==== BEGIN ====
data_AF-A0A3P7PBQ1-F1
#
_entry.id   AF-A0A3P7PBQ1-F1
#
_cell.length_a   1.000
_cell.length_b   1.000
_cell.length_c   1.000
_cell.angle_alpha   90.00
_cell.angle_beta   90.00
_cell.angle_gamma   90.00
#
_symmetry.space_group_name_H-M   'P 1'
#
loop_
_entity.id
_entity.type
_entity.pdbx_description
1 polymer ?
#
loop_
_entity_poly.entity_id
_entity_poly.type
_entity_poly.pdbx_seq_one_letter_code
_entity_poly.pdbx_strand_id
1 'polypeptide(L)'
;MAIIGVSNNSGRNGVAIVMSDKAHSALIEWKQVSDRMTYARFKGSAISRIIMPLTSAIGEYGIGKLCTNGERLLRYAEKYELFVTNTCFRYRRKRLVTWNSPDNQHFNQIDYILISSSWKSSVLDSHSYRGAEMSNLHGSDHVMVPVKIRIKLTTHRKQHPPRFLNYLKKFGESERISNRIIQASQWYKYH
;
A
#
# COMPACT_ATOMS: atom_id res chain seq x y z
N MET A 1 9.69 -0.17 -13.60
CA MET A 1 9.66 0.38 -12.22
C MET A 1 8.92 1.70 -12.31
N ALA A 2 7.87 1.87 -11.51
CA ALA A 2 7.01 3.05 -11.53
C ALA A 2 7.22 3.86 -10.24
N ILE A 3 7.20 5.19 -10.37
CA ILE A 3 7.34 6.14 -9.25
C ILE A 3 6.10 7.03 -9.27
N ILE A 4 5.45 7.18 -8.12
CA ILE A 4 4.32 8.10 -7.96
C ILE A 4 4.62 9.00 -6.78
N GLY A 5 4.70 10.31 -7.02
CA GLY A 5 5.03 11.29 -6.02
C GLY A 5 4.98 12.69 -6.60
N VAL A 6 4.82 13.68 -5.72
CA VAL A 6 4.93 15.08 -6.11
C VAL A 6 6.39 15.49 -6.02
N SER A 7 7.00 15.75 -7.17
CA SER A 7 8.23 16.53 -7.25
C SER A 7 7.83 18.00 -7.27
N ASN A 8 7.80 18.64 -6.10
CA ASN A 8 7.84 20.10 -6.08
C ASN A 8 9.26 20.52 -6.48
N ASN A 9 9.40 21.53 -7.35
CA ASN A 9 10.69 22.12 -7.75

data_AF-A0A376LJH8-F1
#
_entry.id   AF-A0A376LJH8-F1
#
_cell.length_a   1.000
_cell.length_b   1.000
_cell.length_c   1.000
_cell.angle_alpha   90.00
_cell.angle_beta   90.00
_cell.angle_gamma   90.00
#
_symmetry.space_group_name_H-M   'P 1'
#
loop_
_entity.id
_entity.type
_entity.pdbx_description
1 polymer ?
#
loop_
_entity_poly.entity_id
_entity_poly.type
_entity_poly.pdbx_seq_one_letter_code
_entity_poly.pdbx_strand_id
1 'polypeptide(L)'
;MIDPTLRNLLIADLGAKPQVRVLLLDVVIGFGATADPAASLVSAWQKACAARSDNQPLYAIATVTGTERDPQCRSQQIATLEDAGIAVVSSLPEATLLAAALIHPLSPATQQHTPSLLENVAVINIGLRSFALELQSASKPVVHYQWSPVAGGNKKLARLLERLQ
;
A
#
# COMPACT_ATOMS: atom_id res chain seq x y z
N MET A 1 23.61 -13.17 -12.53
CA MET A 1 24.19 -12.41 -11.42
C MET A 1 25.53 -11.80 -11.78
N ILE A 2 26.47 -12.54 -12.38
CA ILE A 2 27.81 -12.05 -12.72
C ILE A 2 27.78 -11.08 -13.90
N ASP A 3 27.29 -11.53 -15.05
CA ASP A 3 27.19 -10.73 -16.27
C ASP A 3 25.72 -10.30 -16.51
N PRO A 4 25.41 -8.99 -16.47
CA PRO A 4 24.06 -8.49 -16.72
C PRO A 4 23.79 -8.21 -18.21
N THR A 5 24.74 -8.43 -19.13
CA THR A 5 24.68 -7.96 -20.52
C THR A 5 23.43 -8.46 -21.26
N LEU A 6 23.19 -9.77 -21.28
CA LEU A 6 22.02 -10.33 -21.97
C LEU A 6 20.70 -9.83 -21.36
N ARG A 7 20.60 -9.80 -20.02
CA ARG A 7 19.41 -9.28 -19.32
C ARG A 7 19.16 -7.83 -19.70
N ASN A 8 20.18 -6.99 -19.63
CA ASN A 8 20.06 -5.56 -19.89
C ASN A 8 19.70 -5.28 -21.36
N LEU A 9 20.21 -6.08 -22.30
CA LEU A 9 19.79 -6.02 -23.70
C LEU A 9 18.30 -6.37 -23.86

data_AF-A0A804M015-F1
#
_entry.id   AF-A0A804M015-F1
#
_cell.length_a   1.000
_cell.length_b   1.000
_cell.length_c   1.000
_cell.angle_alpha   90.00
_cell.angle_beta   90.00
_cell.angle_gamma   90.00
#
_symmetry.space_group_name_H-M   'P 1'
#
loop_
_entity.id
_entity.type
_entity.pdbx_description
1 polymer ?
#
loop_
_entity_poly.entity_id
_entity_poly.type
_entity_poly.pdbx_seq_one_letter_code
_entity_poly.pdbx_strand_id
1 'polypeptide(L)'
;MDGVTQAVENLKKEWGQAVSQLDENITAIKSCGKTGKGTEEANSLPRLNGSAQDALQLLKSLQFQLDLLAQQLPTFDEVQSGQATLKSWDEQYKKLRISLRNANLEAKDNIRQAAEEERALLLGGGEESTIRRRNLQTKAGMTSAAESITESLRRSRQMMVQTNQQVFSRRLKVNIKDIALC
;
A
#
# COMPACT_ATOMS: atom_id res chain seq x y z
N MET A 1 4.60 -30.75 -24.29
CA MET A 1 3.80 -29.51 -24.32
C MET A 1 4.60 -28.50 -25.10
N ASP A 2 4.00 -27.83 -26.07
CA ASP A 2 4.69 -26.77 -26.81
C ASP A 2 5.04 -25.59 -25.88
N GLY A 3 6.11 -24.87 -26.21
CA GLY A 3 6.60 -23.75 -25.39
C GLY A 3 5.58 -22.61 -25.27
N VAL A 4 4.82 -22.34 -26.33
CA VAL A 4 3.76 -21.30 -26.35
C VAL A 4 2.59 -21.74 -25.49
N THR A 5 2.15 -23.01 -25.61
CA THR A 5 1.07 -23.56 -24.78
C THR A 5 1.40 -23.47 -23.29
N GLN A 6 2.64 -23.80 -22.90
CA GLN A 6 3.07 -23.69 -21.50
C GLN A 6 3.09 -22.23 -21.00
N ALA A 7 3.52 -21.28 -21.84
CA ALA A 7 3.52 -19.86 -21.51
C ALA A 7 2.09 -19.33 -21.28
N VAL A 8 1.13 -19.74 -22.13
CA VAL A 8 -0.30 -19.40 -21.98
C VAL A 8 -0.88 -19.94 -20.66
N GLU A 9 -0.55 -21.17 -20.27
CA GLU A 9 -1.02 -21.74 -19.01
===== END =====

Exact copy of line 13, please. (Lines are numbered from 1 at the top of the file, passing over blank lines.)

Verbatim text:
#